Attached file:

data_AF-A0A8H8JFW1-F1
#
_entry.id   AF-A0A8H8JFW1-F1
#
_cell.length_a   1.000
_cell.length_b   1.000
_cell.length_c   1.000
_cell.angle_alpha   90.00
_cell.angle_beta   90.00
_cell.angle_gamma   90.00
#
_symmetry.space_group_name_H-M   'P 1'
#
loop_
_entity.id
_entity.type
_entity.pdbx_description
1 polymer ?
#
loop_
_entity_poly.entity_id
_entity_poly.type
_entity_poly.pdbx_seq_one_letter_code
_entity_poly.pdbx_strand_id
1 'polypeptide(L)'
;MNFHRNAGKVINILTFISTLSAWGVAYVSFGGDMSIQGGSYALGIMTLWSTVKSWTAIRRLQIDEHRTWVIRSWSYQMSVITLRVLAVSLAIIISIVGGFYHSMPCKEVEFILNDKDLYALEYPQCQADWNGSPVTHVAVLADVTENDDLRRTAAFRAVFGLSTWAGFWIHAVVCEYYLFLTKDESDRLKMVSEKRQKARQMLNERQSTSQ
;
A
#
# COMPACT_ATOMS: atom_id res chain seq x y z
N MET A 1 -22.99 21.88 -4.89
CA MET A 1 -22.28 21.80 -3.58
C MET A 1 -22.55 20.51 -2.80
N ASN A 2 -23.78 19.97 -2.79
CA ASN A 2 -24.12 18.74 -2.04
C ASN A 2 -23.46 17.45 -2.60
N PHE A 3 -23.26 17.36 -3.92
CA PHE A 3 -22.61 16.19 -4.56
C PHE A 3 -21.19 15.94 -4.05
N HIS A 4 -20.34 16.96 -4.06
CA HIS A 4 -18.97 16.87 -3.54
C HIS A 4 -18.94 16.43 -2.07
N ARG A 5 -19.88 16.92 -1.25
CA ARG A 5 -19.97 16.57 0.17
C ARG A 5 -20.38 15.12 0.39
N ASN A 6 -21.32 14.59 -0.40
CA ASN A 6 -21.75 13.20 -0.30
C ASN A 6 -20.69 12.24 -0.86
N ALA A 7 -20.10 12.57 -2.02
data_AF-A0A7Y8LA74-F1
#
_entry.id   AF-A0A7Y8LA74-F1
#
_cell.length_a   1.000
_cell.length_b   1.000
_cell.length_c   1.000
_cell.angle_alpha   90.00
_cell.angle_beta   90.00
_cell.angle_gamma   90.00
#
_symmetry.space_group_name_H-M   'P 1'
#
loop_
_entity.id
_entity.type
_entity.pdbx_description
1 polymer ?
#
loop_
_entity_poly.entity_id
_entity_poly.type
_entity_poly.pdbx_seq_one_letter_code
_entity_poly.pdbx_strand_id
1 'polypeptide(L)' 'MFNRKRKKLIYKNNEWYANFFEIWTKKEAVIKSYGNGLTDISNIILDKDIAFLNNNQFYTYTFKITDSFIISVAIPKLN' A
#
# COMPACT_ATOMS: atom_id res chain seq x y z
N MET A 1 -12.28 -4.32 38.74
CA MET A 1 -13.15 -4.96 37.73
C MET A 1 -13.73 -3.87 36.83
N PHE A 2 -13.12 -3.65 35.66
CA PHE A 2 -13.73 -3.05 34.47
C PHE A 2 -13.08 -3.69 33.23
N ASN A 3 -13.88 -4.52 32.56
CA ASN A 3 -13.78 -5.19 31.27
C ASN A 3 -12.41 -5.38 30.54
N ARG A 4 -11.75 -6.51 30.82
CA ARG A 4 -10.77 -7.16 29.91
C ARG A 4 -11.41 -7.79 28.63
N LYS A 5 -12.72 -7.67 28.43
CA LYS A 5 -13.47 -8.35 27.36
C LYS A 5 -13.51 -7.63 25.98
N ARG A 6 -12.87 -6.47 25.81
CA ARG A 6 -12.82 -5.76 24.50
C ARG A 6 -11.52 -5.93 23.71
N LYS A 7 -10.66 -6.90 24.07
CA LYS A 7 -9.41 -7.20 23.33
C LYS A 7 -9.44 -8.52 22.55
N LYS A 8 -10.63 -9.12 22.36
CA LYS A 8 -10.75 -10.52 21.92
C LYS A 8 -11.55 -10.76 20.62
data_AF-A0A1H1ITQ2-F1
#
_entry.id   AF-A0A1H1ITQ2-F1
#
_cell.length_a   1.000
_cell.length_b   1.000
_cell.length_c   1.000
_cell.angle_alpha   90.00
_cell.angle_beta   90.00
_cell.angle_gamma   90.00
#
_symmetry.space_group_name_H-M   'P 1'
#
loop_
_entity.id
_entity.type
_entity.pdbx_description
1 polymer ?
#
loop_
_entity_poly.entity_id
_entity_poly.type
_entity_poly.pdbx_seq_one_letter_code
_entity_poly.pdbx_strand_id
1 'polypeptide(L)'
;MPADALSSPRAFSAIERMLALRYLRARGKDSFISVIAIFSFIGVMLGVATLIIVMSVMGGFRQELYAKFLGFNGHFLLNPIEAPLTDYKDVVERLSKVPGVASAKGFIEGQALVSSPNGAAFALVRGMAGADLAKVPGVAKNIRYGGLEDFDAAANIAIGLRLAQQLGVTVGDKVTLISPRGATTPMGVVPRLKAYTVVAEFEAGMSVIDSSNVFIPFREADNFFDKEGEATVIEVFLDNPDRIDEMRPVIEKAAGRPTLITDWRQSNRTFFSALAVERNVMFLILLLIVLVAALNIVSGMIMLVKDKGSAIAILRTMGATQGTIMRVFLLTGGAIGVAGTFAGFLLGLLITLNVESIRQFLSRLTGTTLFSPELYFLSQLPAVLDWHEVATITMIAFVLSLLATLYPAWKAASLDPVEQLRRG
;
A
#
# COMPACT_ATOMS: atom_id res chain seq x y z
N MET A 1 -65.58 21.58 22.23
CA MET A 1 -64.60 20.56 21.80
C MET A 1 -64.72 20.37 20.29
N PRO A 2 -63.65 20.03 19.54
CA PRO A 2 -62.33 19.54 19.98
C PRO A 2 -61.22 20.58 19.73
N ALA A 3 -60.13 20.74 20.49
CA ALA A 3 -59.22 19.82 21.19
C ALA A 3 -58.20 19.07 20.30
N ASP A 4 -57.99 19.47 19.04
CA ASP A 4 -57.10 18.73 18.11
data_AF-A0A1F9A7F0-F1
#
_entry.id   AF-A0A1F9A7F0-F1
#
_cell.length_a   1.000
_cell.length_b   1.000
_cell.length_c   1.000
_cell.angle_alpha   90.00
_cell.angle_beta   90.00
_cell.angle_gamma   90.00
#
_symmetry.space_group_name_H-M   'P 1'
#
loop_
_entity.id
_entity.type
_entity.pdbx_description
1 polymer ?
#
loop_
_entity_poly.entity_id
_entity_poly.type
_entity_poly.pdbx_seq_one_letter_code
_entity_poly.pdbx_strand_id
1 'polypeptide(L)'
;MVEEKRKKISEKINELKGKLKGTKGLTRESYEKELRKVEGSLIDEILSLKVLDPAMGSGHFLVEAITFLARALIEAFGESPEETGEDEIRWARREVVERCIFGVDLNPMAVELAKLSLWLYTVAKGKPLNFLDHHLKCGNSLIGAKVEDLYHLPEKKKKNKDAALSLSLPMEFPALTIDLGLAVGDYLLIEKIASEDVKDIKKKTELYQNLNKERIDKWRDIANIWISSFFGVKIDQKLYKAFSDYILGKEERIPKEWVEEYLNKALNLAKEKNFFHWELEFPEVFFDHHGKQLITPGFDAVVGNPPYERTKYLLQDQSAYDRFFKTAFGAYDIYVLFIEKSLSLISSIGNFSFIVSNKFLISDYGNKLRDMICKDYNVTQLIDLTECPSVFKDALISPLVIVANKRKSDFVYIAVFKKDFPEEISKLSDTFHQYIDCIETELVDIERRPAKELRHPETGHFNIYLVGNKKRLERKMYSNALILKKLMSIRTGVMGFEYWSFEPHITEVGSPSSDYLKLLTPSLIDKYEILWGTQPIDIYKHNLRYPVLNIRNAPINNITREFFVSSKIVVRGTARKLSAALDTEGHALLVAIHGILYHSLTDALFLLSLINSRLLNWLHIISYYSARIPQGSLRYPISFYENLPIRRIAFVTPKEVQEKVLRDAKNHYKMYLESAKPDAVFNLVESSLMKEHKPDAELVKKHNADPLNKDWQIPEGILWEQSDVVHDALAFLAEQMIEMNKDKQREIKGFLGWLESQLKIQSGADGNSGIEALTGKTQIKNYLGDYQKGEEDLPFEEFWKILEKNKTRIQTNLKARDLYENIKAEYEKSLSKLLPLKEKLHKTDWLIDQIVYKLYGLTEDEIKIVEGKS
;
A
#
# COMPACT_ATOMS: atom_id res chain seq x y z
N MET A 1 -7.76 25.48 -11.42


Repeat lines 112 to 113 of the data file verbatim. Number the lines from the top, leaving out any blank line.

_symmetry.space_group_name_H-M   'P 1'
#